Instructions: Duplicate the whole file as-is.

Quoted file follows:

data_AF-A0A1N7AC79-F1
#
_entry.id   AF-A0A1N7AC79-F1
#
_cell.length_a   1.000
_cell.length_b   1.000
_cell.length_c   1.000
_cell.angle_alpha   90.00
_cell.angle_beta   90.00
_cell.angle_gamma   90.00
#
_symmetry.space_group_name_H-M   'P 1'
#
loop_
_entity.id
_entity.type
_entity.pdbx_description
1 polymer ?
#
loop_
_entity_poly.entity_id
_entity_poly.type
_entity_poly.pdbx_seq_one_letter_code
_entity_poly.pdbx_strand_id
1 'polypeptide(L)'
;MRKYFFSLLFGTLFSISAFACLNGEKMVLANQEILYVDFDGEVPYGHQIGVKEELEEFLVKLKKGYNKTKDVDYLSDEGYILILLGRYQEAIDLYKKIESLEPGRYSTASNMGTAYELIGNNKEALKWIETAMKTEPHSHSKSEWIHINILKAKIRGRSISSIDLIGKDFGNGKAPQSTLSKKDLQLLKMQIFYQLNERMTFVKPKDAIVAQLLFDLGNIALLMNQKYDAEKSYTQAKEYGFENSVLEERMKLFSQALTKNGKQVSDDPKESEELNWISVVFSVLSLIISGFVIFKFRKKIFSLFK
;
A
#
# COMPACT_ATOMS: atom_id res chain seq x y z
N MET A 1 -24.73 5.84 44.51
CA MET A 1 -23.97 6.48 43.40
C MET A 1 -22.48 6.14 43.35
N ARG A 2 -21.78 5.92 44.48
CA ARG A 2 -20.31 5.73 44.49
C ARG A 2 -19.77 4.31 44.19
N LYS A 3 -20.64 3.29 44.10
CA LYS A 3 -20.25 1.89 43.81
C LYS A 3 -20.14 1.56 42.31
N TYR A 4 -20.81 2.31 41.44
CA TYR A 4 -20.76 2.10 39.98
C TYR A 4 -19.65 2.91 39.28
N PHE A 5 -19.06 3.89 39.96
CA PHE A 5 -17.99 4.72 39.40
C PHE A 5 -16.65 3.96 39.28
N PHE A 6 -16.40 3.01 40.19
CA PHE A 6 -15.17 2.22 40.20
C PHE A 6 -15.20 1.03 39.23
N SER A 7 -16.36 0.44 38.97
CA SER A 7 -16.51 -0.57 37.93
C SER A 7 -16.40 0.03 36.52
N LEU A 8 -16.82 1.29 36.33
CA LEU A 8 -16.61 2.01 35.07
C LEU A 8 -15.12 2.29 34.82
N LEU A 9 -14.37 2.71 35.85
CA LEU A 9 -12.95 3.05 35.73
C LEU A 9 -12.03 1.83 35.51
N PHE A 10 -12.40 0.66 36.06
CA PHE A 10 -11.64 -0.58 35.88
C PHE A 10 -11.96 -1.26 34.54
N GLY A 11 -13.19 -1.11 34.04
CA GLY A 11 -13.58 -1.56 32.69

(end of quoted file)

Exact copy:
data_AF-A0A1N7AC79-F1
#
_entry.id   AF-A0A1N7AC79-F1
#
_cell.length_a   1.000
_cell.length_b   1.000
_cell.length_c   1.000
_cell.angle_alpha   90.00
_cell.angle_beta   90.00
_cell.angle_gamma   90.00
#
_symmetry.space_group_name_H-M   'P 1'
#
loop_
_entity.id
_entity.type
_entity.pdbx_description
1 polymer ?
#
loop_
_entity_poly.entity_id
_entity_poly.type
_entity_poly.pdbx_seq_one_letter_code
_entity_poly.pdbx_strand_id
1 'polypeptide(L)'
;MRKYFFSLLFGTLFSISAFACLNGEKMVLANQEILYVDFDGEVPYGHQIGVKEELEEFLVKLKKGYNKTKDVDYLSDEGYILILLGRYQEAIDLYKKIESLEPGRYSTASNMGTAYELIGNNKEALKWIETAMKTEPHSHSKSEWIHINILKAKIRGRSISSIDLIGKDFGNGKAPQSTLSKKDLQLLKMQIFYQLNERMTFVKPKDAIVAQLLFDLGNIALLMNQKYDAEKSYTQAKEYGFENSVLEERMKLFSQALTKNGKQVSDDPKESEELNWISVVFSVLSLIISGFVIFKFRKKIFSLFK
;
A
#
# COMPACT_ATOMS: atom_id res chain seq x y z
N MET A 1 -24.73 5.84 44.51
CA MET A 1 -23.97 6.48 43.40
C MET A 1 -22.48 6.14 43.35
N ARG A 2 -21.78 5.92 44.48
CA ARG A 2 -20.31 5.73 44.49
C ARG A 2 -19.77 4.31 44.19
N LYS A 3 -20.64 3.29 44.10
CA LYS A 3 -20.25 1.89 43.81
C LYS A 3 -20.14 1.56 42.31
N TYR A 4 -20.81 2.31 41.44
CA TYR A 4 -20.76 2.10 39.98
C TYR A 4 -19.65 2.91 39.28
N PHE A 5 -19.06 3.89 39.96
CA PHE A 5 -17.99 4.72 39.40
C PHE A 5 -16.65 3.96 39.28
N PHE A 6 -16.40 3.01 40.19
CA PHE A 6 -15.17 2.22 40.20
C PHE A 6 -15.20 1.03 39.23
N SER A 7 -16.36 0.44 38.97
CA SER A 7 -16.51 -0.57 37.93
C SER A 7 -16.40 0.03 36.52
N LEU A 8 -16.82 1.29 36.33
CA LEU A 8 -16.61 2.01 35.07
C LEU A 8 -15.12 2.29 34.82
N LEU A 9 -14.37 2.71 35.85
CA LEU A 9 -12.95 3.05 35.73
C LEU A 9 -12.03 1.83 35.51
N PHE A 10 -12.40 0.66 36.06
CA PHE A 10 -11.64 -0.58 35.88
C PHE A 10 -11.96 -1.26 34.54
N GLY A 11 -13.19 -1.11 34.04
CA GLY A 11 -13.58 -1.56 32.69